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Help with a Thyroid Issue

Discussion in 'Cat Health and Nutrition' started by alison foy, Dec 6, 2018.


  1. alison foy

    alison foy PetForums Newbie

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    Hello, this is my first post. I'm hoping someone can help. My mother has a 16 year old domestic longhair, who has been treated for a thyroid issue for the last 18 months. Recently, she has lost weight and a blood test has confirmed that even with a dose of 20mg Vidalta, her thyroid levels are too high. We had previously been told by the lovely vet we usually see that there is a liquid alternative - Thyronorm - that might be an option, given the difficulties of getting the cat to take pills.

    Unfortunately, our regular vet was on holiday when the results returned and we were called by her boss, who has a tendency to take a forensically detailed (and commensurately expensive) approach to everything. He is pushing for my mother to take a referral to a specialist with a view to surgery or possible radio therapy.

    My mother is of the opinion that the cat is too old to endure these treatments and would prefer the Thyronorm, but the vet seems to be placing more obstacles in the way, saying that the cat would have to start on a low dose - 5mg, which we know would be too low - and have to have blood tests every 2-3 weeks at a cost of £140 each, plus £40 consultation... that I shouldn't handle the medication if I want any more children etc etc..

    I am suspicious about this, as this vet always seems to follow whichever route comes with the highest price tag, and am thinking of taking the cat's blood test results and history to another vet for a second opinion. Before I do this however, does anyone have any experience of this liquid medication? Many thanks for reading if you've gotten this far...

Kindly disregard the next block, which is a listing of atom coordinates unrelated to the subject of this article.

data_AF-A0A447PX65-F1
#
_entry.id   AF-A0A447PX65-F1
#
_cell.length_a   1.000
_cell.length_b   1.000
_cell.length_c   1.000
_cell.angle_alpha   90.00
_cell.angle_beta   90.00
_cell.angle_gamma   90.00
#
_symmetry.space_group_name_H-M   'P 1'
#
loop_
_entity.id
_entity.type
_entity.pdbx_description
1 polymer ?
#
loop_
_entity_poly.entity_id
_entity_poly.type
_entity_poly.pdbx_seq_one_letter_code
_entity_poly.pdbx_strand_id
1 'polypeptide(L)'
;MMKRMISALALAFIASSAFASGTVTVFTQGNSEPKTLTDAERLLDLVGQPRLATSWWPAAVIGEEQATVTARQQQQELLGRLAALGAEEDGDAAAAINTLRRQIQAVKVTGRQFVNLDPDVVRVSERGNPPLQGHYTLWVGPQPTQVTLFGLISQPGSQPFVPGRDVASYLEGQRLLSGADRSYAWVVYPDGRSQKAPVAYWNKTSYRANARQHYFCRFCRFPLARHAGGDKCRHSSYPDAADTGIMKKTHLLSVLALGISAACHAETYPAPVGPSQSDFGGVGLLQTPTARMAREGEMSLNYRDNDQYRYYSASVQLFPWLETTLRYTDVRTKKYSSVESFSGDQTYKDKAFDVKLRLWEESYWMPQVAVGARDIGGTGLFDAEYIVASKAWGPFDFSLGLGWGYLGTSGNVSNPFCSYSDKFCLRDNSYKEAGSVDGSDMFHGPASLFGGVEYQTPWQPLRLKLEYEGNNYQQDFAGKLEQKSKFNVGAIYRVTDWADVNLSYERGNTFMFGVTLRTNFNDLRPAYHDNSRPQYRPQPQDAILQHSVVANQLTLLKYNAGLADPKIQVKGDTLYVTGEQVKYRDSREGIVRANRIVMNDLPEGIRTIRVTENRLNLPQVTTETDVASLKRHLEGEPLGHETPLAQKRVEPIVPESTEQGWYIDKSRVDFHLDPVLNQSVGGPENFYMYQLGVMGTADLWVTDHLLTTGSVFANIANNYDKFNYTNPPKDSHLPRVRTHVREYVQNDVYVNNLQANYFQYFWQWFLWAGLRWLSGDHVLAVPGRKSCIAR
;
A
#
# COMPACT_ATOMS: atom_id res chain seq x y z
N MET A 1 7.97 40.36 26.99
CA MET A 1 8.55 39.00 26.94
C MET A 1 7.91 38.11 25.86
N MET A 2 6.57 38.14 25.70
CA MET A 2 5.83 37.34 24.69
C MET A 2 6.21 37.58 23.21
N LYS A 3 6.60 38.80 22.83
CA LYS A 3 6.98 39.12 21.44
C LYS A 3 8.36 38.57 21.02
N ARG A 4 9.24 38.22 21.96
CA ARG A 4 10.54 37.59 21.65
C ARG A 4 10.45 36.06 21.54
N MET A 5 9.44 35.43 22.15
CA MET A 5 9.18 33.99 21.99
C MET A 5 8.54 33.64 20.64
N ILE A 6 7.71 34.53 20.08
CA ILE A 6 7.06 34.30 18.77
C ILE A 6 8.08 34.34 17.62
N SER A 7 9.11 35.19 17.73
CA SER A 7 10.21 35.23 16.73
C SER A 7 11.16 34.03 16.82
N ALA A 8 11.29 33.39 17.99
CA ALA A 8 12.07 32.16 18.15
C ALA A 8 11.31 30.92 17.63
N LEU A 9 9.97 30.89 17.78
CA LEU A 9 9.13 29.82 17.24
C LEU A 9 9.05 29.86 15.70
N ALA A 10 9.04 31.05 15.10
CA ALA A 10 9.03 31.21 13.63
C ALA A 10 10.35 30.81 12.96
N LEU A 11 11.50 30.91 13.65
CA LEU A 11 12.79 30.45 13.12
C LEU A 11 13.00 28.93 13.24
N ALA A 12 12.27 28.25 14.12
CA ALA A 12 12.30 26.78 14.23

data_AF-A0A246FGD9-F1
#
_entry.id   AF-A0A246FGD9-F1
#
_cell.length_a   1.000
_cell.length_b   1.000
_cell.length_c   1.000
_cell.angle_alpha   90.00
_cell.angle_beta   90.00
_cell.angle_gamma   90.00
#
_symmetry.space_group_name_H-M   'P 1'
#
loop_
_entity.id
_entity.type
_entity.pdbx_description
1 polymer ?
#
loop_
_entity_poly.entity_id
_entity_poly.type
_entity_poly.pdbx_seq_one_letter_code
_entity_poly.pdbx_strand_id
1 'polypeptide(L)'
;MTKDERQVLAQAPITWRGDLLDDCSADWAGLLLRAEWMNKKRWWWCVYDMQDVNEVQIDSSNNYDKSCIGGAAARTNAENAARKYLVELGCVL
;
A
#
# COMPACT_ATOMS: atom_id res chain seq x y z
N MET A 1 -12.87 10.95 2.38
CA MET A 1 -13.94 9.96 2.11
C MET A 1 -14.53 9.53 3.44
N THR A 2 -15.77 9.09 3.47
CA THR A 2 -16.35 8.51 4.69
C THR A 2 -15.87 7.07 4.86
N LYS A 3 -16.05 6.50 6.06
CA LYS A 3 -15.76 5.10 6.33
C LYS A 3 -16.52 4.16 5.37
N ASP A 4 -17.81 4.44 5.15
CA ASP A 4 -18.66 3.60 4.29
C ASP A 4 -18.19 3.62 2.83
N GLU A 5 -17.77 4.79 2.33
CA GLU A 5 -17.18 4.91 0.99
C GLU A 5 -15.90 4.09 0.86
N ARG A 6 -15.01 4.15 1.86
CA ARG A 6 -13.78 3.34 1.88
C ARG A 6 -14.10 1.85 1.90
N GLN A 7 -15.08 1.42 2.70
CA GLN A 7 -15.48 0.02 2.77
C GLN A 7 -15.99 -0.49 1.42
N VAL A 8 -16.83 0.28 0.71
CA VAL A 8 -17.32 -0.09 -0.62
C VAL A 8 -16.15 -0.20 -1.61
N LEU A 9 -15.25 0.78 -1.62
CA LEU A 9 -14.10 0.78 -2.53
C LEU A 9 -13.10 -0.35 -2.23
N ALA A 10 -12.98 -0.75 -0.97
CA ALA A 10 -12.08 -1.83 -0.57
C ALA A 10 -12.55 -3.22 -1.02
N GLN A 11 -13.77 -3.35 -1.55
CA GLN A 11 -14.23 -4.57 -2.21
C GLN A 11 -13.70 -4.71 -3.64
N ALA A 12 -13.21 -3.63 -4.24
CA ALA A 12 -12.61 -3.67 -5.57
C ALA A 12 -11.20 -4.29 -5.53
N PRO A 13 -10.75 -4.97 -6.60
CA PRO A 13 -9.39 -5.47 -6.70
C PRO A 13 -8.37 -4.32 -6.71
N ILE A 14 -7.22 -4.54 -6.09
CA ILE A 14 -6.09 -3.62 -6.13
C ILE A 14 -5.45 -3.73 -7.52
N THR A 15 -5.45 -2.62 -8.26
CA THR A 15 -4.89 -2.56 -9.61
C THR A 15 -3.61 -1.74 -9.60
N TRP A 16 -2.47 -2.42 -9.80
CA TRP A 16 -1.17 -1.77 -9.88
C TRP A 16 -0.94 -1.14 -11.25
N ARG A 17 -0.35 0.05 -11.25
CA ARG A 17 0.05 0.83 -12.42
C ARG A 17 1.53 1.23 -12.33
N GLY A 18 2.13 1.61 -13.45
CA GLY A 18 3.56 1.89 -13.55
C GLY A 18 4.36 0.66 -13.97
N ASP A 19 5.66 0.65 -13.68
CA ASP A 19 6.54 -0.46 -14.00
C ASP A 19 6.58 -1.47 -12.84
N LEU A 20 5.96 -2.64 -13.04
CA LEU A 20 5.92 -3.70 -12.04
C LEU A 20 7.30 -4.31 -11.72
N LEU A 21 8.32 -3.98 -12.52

2. Angela_

    Angela_ PetForums Junior

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    Hi,

    My 18 year old cat has been successfully treated with Thyronorm for the last 5 months. He has been having a blood test every month or 2 (until recently when he developed other health issues).

    Thyronorm is reall easy to give, apparently it has a taste of honey. Never had any problems giving it to Thomas. :)
     
    TriTri likes this.
  3. Angrybird

    Angrybird PetForums Newbie

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    Find a new vet.
     
    Angela_ and TriTri like this.
  4. TriTri

    TriTri Standing up for cats

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    Hi there. I have had many hyperthyroid cats. Whichever medication they are on, I believe they need testing again after three weeks and a few weeks after that and again every 1-2 months and then later, at longer intervals, depending on how the cat is doing, to check the thyroid levels and work out the right doseage. Those prices are astronomical! Based on those prices I would change vets. My current cat with a thyroid disorder has a Felimazole tablet hidden in Easy Pill cat putty that I buy from Violet online. It’s like a puttty you hide the pill in and she thinks it’s a treat! When my vet was unable to get Felimazole for around 6/8 weeks earlier this year, she had thyronorm and that worked a treat too. She has had the quantities upped and lowered a few times, because really they don’t make a pill on a lower enough dose for her. (She is tiny). I’ve not heard great things about the Vidalta, but that’s not say it ‘s bad for all cats but it can make some sick. There are other alternative meds including thiafeline tablets and also meds that you can give rubbed into the ear. A pill popper can be very useful with some cats.
    Some cats suit radio active treatment and some having their thyroid removed. My mum’s elderly cat was operated on many times in his old age, even at 23 the vet suggested having the thyroid removed, but it depends on how well the cat is and how comfortable you are with it and your mum isn’t or needs more reassurance from her vet and explaining why that’s their first choice.
    I would suggest you watch the free webinar on the icatcare website on cats with thyroid disorders, if you need more information. As for not handling the tablets if you want to have children in the future, you just need to wear gloves when handling the meds. That’s the same for many meds out there.
     
    Angela_ likes this.
  5. kittih

    kittih PetForums VIP

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    I give my boy thyronorm. He gets his syringed onto food. It isn't a specified approach by norbrook the manufacturers but it works perfectly well this way. I have been using it for almost 2 years now for my cat.

    This way there is no hazard to me. I don't use gloves as I never get it on my hands but always wash my hands afterwards just in case.